Consumerism schumerism

June 21, 2009 at 3:53 am 3 comments

one.So, like, where do you go shopping?

No seriously. Where and from whom do you purchase your food, clothing, and commodities from? Before becoming aware of the impact of my purchasing decisions, I would just go shopping, look at the specials, and purchase whatever caught my attention through price or shininess. We can’t deny the lust factor of something shiny, and marketers know this. However, I came to realize how buying clothes made in sweatshops has a price tag a lot higher than what that small, square piece of paper reads. I came to realize how much damage the cost of beef has on the environment. I came to realize that shopping is a lot deeper than what we think.

Let’s start thinking about our power as the consumer!

You can make a HUGE impact in the world through your purchasing decisions. Think of how much you spend in a month. I’m sure the media hype over the economic recession has you counting all your pretty pennies, so I’m sure you are a lot more conscious of where they are going. I’m asking you to go a little further and start changing the way you shop. Whether you’re male or female, young or old, rich or poor, there’s a certain button in our brains that go off when we buy something new. It presents a sense of satisfaction. So think about how freaking good it will feel when you know that you when you buy a pair of shoes, an impoverished kid in Brazil is going to get the same pair. For free. Check out TOM’s shoes

There are so many ways to make an impact, you don’t have to be all up in the streets with foghorns and signs (although that would be way awesome) and by becoming a conscious consumer, you are speaking volumes with your decisions. If there is no market for commodities and services that are harmful to the environment or human rights, there will be no businesses for such commodities and services. You don’t have to shop at Whole Foods and drive a Prius to make a statement about your consumer purchases (although, again that would be way awesome) Think about not eating or purchasing meat for one day of the week. Reuse and refill your water bottle. Try not shopping at Wal-Mart. Small, subtle changes that nonetheless have the power to make an impact. And thats’ what we’re all about, bringing the power back into the hands of the people. So show some muscle and flex your consumer guns. Be a minimalist. To quote MGMT “Enjoy yourself, take only what you need…” If only we could all realize we already have everything we need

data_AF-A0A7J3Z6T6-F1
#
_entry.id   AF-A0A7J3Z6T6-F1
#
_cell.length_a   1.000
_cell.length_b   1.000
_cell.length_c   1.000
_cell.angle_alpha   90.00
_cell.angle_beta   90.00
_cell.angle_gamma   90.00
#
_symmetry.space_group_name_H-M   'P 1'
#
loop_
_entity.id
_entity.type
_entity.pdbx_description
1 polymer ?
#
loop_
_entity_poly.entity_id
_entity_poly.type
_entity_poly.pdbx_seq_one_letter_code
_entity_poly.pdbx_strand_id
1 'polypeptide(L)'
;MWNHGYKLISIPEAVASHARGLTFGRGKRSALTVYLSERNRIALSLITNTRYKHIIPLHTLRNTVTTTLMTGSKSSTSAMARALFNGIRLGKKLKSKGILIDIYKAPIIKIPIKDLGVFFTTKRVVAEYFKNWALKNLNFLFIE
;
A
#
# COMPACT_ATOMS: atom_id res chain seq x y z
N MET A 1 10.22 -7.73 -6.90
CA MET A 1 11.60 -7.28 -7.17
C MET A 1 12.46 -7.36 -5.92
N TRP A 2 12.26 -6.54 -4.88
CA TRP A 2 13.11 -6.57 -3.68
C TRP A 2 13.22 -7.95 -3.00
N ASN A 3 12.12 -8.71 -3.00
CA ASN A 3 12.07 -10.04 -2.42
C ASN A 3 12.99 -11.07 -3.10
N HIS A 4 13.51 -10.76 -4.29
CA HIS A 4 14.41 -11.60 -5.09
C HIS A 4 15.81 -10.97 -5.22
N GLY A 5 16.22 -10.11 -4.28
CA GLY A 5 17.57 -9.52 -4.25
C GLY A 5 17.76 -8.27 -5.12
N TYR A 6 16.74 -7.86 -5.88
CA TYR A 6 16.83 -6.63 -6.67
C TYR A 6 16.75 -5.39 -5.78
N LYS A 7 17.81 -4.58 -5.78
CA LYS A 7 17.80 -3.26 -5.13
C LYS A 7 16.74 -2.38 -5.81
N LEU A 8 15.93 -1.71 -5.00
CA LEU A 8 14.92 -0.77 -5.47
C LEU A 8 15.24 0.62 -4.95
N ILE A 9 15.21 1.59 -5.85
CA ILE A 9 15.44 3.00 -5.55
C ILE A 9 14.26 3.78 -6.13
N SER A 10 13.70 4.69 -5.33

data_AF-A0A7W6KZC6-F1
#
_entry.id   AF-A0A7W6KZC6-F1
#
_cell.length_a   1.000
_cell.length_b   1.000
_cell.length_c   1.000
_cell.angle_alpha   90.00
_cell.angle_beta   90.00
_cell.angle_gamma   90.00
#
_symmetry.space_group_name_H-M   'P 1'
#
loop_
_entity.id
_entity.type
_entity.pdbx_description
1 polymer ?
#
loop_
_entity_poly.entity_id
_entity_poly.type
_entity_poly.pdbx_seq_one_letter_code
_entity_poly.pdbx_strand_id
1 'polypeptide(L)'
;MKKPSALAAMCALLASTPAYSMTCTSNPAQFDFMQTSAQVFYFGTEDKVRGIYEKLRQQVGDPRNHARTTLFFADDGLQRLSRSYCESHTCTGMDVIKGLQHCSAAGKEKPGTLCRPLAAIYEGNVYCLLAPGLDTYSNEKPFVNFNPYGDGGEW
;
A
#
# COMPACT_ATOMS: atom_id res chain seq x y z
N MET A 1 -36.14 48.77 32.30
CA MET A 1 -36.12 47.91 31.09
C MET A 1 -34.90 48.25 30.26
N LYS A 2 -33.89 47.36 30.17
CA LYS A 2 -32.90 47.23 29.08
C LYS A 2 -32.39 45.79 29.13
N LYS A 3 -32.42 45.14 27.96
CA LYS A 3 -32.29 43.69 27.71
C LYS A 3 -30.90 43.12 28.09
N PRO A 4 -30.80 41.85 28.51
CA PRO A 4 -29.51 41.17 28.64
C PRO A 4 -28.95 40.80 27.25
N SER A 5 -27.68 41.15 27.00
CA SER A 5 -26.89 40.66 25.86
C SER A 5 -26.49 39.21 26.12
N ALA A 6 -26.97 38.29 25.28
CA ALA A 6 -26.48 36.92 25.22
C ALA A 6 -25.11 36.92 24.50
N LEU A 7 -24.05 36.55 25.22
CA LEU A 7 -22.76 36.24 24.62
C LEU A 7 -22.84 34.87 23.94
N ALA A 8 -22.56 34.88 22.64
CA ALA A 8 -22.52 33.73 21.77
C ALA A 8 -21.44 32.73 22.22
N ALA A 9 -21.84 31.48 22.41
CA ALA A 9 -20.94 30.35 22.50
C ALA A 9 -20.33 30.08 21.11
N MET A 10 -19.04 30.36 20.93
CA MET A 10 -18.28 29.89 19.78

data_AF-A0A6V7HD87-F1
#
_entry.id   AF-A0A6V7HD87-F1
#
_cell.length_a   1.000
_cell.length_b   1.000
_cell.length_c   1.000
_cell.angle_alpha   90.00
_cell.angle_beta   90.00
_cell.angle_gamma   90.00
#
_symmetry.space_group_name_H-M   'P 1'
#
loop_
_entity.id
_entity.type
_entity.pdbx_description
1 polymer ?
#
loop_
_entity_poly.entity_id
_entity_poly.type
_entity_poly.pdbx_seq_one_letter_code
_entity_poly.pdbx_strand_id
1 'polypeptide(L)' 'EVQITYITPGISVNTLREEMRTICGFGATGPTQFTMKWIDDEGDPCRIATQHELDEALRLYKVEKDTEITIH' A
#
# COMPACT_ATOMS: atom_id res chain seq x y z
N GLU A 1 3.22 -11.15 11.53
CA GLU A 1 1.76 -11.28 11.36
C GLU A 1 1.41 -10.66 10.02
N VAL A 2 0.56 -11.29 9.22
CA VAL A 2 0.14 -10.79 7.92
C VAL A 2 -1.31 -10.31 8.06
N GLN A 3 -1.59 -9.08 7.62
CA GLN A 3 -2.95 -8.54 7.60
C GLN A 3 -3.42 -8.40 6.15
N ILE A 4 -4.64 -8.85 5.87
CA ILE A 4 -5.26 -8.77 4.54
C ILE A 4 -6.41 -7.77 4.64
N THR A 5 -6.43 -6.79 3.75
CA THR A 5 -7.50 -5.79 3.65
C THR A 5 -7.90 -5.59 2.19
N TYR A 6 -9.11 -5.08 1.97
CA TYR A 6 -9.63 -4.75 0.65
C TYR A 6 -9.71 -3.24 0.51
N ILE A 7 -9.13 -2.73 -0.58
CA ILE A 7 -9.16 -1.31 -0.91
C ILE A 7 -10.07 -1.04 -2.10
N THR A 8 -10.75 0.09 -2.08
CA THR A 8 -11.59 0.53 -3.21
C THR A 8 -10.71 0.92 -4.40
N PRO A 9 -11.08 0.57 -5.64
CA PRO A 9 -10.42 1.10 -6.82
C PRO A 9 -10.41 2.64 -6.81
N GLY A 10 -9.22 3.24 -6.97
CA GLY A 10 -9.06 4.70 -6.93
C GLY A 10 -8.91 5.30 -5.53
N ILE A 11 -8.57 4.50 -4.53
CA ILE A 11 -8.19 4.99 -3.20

Here is the list of the 2009 Brands with a Conscience award-winners:

Chhatra Sagar



One Water

rag-bag h

TOMS Shoes

Paul Newman (Colin Morley Award)

For more information on conscious consumer shopping check or

Oh, and one more thing. Please turn off the water when you’re brushing your teeth. Thanks 🙂

❤ Raychel


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Does real democracy exist? Yes, right here Ain’t Nothin but (GAY) Mammals

3 Comments Add your own

  • 1. Annette  |  June 22, 2009 at 2:32 pm

    Consumer power is much greater when working cooperatively, as a group. Like art, the whole is greater than the sum of its parts. For almost everything we need we pool our money and buy quality local goods in huge bulk – directly from producers and suppliers – and get a very nice discount. There are no storage issues because we are splitting up the shipment as soon as it arrives, and there is far less packaging, transportation, spoilage and waste. We also split the costs of many durable items with friends and neighbors who need the same things. Often items are necessary but used only once a week or less. Why should everybody own the same things that they rarely use? We use a kind of checkout system that works very well. Oh, and talk about collective bargaining power! Highly recommended – I just started a blog about it.

    • 2. wearepower  |  July 16, 2009 at 3:26 am

      “Consumer power is much greater when working cooperatively, as a group.” – I couldn’t agree more!! Thanks for the comment 🙂

  • 3. James Cockerham  |  June 28, 2009 at 3:23 pm

    I do many things similar to what you suggest, but I’m going to disagree with you on shopping at walmart. If walmart didn’t have the high demand it has for reasonably priced quality goods, then those children working in sweatshops would have no money to support themselves.

    Life requires very little, enjoy what it offers, and remember that the material world is not reality.


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